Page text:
Back on the road with Bashō and his straw sandals…
One of the high points of his journey, figuratively as well as literally, was his pilgrimage to the 出羽三山（でわさんざん） Dewa Sanzan, three mountains of Dewa Province, which is a very sacred place in Shintō and Buddhism and in the 修験道（しゅげんどう） Shugendō mountain ascetic sect. This is a syncretic religion combining elements of Shintō and Buddhism, Taoism and other beliefs. Practitioners are known as 修験者（しゅげんじゃ） Shugenja or 山伏（やまぶし） Yamabushi (someone who prostrates himself in the mountains – the ‘bushi’ here is not the same as the word ‘bushi’ 武士（ぶし） meaning ‘warrior’). They go on foot through the mountains practising austerities, for example meditating while standing under ice-cold waterfalls – perhaps familiar to anyone who has read Mishima’s Sea of Fertility tetralogy? (Here is an interview with a Shugendō practitioner explaining some of the practices and the philosophy behind them.)
The three mountains of Dewa are 羽黒山（はぐろさん） Haguro-san, Black Wing Mountain, 月山（がっさん） Gassan, Moon Mountain and 湯殿山（ゆどのさん） Yudono-san, ‘hot-spring mountain’. As is customary, Bashō visited them in this order. On Haguro-san he and Sora stayed at a temple and took part in a haiku gathering in the abbot’s quarters. He includes the following poem
yuki wo kaorasu
Among the translations and explanations of this poem, the most beautiful I could find was the following from this Japanese-language site on Oku no Hosomichi
My approximate translation: “Ah, how precious and gratitude-inducing! In this southern valley, in this lower world, the south wind has made the lingering snow on this holy mountain give off a fragrance. The atmosphere is full to the brim with purity”.
For those who are unfamiliar with Japanese: such a translation, even of an explanation that is seeking to unpack and explain a haiku, can only be approximate because the structure of English forces one to give sentences a structure of ‘who did what to whom’ that is not necessary there in the original. For example, the expression 有り難い arigatai can, according to the dictionary, be translated ‘grateful’ or ‘evoking gratitude’ which implies that it can describe the subject or object of the gratitude, or both simultaneously, or perhaps the relationship between them at that moment. (I also love the fact that Japanese has a word for ‘lingering snow’ – bear in mind that it was July by the modern calendar when Bashō was visiting so snow lingering on the ground was something worth remarking on!)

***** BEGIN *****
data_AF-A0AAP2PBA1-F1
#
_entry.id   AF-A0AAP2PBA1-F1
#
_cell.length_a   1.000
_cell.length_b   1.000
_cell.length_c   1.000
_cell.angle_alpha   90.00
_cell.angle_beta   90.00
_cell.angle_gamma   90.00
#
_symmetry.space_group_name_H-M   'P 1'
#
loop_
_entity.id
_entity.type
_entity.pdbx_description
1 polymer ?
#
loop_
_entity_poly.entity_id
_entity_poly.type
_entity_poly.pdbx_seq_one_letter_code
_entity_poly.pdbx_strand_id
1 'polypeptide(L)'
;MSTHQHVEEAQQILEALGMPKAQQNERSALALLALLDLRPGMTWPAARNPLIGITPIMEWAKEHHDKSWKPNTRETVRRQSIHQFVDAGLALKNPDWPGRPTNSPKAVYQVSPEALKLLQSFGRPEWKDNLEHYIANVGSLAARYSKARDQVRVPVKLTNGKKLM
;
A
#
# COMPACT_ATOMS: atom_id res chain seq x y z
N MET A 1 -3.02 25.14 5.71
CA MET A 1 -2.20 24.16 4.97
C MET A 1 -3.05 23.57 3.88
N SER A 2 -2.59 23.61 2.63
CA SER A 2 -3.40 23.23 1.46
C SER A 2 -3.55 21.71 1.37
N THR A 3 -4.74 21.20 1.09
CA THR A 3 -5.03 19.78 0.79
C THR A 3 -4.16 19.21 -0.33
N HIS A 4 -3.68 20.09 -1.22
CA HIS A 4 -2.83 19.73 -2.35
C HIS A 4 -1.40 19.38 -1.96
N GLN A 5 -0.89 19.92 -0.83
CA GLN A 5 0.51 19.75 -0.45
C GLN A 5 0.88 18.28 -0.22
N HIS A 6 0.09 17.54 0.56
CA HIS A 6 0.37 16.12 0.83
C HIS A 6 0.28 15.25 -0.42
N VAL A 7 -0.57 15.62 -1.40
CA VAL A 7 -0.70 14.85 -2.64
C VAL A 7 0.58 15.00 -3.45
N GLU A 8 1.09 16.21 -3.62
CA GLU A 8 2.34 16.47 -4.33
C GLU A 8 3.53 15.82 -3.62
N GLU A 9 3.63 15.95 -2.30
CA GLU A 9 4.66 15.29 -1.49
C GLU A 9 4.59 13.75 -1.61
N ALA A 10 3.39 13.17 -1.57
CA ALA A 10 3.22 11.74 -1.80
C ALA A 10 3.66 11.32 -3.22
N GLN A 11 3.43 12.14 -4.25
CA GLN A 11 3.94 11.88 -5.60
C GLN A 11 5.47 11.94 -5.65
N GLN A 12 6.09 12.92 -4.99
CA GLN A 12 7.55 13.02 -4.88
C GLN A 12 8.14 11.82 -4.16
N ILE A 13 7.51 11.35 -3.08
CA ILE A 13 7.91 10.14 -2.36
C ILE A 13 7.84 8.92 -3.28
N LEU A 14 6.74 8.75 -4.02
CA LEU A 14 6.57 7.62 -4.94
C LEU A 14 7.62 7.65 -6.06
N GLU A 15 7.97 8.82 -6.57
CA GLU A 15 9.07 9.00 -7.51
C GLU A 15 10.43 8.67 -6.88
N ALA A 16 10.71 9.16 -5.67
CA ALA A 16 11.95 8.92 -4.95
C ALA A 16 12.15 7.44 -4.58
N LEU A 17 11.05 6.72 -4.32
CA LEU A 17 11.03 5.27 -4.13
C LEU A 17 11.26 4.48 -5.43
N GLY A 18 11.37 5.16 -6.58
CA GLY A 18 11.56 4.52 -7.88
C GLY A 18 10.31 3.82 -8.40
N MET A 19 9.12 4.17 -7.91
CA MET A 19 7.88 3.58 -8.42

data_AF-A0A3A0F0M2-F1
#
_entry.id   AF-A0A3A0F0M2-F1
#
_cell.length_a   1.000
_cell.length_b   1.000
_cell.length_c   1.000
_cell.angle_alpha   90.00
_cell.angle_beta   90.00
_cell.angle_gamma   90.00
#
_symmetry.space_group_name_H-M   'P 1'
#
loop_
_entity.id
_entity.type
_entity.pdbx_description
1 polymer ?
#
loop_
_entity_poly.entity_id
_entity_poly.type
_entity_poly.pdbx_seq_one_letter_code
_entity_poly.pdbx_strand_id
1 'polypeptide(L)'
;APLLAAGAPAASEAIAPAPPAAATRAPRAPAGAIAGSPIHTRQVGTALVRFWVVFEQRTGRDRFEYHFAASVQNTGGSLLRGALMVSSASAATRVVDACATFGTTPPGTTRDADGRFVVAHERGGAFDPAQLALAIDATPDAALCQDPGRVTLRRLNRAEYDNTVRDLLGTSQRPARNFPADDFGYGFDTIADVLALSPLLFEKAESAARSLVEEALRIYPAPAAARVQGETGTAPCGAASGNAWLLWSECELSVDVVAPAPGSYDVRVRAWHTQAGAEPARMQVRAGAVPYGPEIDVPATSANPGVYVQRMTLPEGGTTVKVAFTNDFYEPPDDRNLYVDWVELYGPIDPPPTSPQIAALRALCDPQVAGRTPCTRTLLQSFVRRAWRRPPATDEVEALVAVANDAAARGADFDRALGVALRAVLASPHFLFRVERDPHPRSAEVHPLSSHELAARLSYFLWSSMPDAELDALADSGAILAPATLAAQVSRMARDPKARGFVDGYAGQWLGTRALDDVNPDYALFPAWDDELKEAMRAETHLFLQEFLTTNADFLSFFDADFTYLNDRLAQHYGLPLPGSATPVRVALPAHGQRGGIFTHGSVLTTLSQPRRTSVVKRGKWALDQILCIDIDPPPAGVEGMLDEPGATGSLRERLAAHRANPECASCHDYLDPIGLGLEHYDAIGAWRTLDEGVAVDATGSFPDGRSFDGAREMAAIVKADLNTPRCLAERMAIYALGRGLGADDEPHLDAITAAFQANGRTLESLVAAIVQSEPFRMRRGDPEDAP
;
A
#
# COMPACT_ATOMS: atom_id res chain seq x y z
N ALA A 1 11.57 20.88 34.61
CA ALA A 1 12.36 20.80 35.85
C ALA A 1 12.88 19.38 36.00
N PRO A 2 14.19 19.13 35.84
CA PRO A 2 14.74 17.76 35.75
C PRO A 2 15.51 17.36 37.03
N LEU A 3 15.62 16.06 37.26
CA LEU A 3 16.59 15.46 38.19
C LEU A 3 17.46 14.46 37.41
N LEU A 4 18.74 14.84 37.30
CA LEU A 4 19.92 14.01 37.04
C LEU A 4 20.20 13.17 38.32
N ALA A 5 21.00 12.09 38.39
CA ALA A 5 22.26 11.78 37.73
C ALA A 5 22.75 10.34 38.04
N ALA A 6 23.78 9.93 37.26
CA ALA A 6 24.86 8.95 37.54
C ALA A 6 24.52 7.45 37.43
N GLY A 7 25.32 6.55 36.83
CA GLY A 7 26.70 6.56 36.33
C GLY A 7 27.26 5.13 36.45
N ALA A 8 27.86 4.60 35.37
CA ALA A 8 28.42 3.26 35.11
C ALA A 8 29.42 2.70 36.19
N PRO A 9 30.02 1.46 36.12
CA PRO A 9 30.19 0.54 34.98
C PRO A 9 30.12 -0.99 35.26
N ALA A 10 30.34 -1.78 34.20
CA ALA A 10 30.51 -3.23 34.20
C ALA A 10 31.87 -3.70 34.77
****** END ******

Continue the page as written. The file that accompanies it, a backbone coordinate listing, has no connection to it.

On the way to Gassan, Bashō and Sora put on paper cords around their bodies and “sacred crowns” on their heads – pilgrim clothes, perhaps similar to what these two yamabushi are wearing. The man on the right is holding (and perhaps blowing into) a conch shell.
You can see more modern yamabushi photos in this gallery by Tony McNicol.
The way to Gassan went “through the clouds, mists, and mountain air, over snows that never melt” (Keene). Although he used the services of a porter, Bashō nonetheless clearly found the climb exhausting. On the following day, on the way to Yudono-san, he noticed a cherry tree – again, unusual for July – and was deeply moved by it. Visitors to Yudono-san were forbidden to describe what is within the shrine area, and Bashō therefore “lays down his pen”
Yudono ni nurasu
I cannot speak of
Yudono, but see how wet
My sleeves are with tears (trans: Keene)
The ‘wet sleeves’ expression is an often-used metaphor in Japanese poetry and indicates ‘tears’ (see here on the University of Virginia’s Ogura Hyakunin Isshu page for examples of sleeve-wetting) but there appears to be an extra wordplay here because the word ‘Yudono’ has to do with bathing. The ban on describing the object of worship at the shrine has now been extended to a photography. Having never visited, I was of course intrigued as to what might be there… For anyone who wants to avoid ‘spoilers’ please note that the “Oku Annotated” site, which gives lots of detail on Bashō and Sora’s pilgrimage to the three mountains, does contain one!.
Lesley Downer, in “On the Narrow Road to the Deep North”, tells of her interest in finding out whether there are still yamabushi in the Three Mountains – some of her colleagues in Tokyo pooh-poohed the idea that there were any such thing – and her experiences when she finds them. Most of the people she meets in the mountains are from farms and villages and have been deputised to undertake the pilgrimage to pray for success, good harvests, the safety of their families, etc., together with a few people who have undertaken the rigorous ascetic training and act as guides for the pilgrims. As this Tofugu article also explains, many yamabushi these days are former salarymen who have turned to religion after retirement.
I tried my hand at a couple of yamabushi paintings to accompany this post – the first is after one of the photos in Tony McNicol’s gallery.